10th Jun '18 9:47:24 AM tropesinreadiness
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* Robert McCloskey's classic ''Homer Price'' stories. The early ones, most famously [[TheOneWith the one about the doughnut machine]], are gentle comic tales of small-town American life...but from there on out the stories keep getting steadily more outlandish, to the point where the final four stories (collected in a second volume, ''Centerburg Tales'') teeter on the brink of surrealism.

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* Robert McCloskey's [=McCloskey's=] classic ''Homer Price'' stories. The early ones, most famously [[TheOneWith the one about the doughnut machine]], are gentle comic tales of small-town American life...but from there on out the stories keep getting steadily more outlandish, to the point where the final four stories (collected in a second volume, ''Centerburg Tales'') teeter on the brink of surrealism.
10th Jun '18 9:45:54 AM tropesinreadiness
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* The ''Literature/TalesOfTheCity'' series started off being very slice-of-life. The most outlandish things in the original book were D'orothea's efforts to [[spoiler:pose as a black woman]] and the [[spoiler:pedophilic]] private eye. The second book, in contrast, had [[spoiler:a cannibal cult]]. And then the third book had one of the main characters having a sexual encounter with a real-life closeted movie star (whose name was thus left blank) and a plot involving [[spoiler:Reverend Jim Jones]].

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* The ''Literature/TalesOfTheCity'' Zigzagged with ''Literature/{{Discworld}}''. While the series started off being very slice-of-life. The most outlandish things gradually became more sophisticated in terms of characterization and theme, Pratchett also began to riff on a wider variety of subjects. Thus, the original book were D'orothea's efforts to [[spoiler:pose as a black woman]] humour and the [[spoiler:pedophilic]] private eye. The second book, in contrast, had [[spoiler:a cannibal cult]]. And then the third book had one of the main characters having a sexual encounter with a real-life closeted movie star (whose name was thus left blank) and a plot involving [[spoiler:Reverend Jim Jones]].story elements moved more towards "what would be funny here?" rather than purely commenting on fantasy tropes.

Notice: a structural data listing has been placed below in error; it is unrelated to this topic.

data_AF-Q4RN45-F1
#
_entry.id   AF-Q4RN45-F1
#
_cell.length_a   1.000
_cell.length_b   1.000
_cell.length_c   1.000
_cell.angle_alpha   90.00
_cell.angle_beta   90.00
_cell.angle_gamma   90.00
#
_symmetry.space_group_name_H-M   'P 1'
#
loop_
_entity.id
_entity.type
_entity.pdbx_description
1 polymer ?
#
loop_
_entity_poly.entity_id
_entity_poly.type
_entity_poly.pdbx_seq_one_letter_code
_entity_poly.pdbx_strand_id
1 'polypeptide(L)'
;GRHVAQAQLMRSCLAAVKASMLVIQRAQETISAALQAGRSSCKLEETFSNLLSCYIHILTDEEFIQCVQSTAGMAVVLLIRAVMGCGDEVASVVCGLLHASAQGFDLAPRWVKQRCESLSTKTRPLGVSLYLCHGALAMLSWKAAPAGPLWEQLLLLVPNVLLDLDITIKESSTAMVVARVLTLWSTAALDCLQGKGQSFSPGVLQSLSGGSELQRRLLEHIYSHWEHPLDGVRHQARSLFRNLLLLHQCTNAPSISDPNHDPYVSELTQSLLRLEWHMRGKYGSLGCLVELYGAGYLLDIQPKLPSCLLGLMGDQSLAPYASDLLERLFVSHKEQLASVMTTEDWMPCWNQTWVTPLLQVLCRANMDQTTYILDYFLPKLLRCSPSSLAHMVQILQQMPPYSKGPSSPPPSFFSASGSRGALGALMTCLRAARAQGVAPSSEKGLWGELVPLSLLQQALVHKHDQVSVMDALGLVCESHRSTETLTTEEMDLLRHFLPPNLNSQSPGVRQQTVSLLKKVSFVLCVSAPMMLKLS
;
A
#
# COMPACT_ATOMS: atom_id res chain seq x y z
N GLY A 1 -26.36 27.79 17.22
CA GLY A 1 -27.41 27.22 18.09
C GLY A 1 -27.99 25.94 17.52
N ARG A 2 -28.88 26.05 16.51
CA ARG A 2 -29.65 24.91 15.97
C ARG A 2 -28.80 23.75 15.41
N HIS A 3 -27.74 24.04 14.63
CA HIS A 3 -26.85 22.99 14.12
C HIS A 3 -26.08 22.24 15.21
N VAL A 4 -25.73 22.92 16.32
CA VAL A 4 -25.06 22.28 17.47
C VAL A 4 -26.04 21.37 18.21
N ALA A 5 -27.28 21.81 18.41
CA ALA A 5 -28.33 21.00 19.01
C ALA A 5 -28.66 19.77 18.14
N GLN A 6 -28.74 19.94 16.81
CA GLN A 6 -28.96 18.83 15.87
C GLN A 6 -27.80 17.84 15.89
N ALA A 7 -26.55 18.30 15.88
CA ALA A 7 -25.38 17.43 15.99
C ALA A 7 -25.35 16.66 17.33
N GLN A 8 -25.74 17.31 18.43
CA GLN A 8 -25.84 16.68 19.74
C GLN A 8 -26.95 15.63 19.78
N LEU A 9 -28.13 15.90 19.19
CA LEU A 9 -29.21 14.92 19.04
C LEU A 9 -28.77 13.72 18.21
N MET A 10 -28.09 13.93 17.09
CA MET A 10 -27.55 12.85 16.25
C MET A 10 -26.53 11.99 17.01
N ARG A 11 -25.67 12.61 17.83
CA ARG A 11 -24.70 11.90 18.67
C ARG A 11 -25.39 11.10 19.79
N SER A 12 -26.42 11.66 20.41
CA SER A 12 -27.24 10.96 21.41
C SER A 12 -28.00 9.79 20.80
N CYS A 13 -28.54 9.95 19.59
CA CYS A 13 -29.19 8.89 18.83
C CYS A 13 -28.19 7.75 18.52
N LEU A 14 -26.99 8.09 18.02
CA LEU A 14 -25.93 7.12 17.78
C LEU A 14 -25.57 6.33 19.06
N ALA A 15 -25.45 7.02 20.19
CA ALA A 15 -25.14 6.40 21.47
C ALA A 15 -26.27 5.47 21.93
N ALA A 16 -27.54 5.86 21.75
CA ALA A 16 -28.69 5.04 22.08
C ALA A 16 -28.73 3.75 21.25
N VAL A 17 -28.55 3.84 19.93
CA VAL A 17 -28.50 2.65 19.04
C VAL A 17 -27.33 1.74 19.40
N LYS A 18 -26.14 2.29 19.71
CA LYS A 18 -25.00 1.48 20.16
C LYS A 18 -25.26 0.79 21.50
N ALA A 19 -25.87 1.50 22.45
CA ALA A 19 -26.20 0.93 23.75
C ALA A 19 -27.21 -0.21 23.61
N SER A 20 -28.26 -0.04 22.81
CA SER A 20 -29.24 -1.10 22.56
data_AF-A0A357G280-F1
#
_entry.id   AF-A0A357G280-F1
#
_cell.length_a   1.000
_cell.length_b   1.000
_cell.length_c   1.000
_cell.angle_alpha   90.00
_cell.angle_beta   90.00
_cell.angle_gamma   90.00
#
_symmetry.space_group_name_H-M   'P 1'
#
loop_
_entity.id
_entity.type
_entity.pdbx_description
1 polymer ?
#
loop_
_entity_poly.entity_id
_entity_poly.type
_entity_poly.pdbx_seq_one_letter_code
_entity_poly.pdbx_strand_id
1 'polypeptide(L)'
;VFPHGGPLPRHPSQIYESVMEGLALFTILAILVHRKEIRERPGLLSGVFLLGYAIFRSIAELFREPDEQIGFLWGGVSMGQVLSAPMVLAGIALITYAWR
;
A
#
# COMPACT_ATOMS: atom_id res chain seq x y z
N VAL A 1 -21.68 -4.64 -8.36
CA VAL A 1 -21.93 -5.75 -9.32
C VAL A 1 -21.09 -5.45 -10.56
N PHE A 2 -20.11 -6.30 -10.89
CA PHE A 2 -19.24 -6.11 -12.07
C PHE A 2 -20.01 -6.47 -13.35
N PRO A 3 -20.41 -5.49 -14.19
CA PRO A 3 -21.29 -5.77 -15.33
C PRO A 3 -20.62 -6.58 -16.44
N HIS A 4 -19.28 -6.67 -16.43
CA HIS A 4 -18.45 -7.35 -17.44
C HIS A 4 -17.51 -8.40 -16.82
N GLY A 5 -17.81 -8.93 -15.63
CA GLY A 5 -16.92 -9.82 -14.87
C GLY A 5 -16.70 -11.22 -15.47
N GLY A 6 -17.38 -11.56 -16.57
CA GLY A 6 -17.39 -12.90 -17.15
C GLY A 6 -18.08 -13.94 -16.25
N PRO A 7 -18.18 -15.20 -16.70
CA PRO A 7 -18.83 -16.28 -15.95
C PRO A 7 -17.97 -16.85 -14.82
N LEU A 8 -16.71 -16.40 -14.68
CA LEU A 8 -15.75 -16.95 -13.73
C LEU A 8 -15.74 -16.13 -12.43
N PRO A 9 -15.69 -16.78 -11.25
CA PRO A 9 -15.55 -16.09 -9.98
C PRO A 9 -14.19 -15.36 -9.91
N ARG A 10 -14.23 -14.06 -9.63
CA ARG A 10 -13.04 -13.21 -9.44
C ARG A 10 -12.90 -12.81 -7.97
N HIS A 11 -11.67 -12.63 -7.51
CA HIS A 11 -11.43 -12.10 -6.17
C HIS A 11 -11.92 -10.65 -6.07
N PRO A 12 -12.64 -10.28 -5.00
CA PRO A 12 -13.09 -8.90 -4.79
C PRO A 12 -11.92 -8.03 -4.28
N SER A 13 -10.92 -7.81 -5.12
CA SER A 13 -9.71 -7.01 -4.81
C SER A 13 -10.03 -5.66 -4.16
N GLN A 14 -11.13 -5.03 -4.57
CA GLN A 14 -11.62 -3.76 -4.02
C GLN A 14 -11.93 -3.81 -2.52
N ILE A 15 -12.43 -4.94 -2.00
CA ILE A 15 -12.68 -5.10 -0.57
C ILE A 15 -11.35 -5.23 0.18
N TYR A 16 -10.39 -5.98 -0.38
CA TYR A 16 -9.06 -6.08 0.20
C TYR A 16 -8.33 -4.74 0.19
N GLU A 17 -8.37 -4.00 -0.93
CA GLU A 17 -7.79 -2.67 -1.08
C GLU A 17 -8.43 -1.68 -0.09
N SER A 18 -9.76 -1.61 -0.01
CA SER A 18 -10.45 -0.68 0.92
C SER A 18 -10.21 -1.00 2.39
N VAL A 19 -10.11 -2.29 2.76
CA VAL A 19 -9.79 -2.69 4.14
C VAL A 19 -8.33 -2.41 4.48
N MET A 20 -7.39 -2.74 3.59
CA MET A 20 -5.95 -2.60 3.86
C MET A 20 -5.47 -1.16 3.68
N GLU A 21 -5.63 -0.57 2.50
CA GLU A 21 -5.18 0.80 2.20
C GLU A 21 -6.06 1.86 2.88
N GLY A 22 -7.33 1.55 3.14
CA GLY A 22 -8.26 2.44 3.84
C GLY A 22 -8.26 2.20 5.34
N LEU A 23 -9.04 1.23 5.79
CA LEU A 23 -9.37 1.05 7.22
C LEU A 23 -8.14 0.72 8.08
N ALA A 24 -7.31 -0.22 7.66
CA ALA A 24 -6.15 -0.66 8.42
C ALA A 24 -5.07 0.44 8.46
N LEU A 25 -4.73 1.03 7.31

* Robert McCloskey's classic ''Homer Price'' stories. The early ones, most famously [[TheOneWith the one about the doughnut machine]], are gentle comic tales of small-town American life...but from there on out the stories keep getting steadily more outlandish, to the point where the final four stories (collected in a second volume, ''Centerburg Tales'') teeter on the brink of surrealism.



* Zigzagged with ''Literature/{{Discworld}}''. While the series gradually became more sophisticated in terms of characterization and theme, Pratchett also began to riff on a wider variety of subjects. Thus, the humour and story elements moved more towards "what would be funny here?" rather than purely commenting on fantasy tropes.

to:

* Zigzagged with ''Literature/{{Discworld}}''. While the The ''Literature/TalesOfTheCity'' series gradually became more sophisticated started off being very slice-of-life. The most outlandish things in terms of characterization the original book were D'orothea's efforts to [[spoiler:pose as a black woman]] and theme, Pratchett also began to riff on a wider variety of subjects. Thus, the humour [[spoiler:pedophilic]] private eye. The second book, in contrast, had [[spoiler:a cannibal cult]]. And then the third book had one of the main characters having a sexual encounter with a real-life closeted movie star (whose name was thus left blank) and story elements moved more towards "what would be funny here?" rather than purely commenting on fantasy tropes.a plot involving [[spoiler:Reverend Jim Jones]].
10th Jun '18 8:30:13 AM 8BrickMario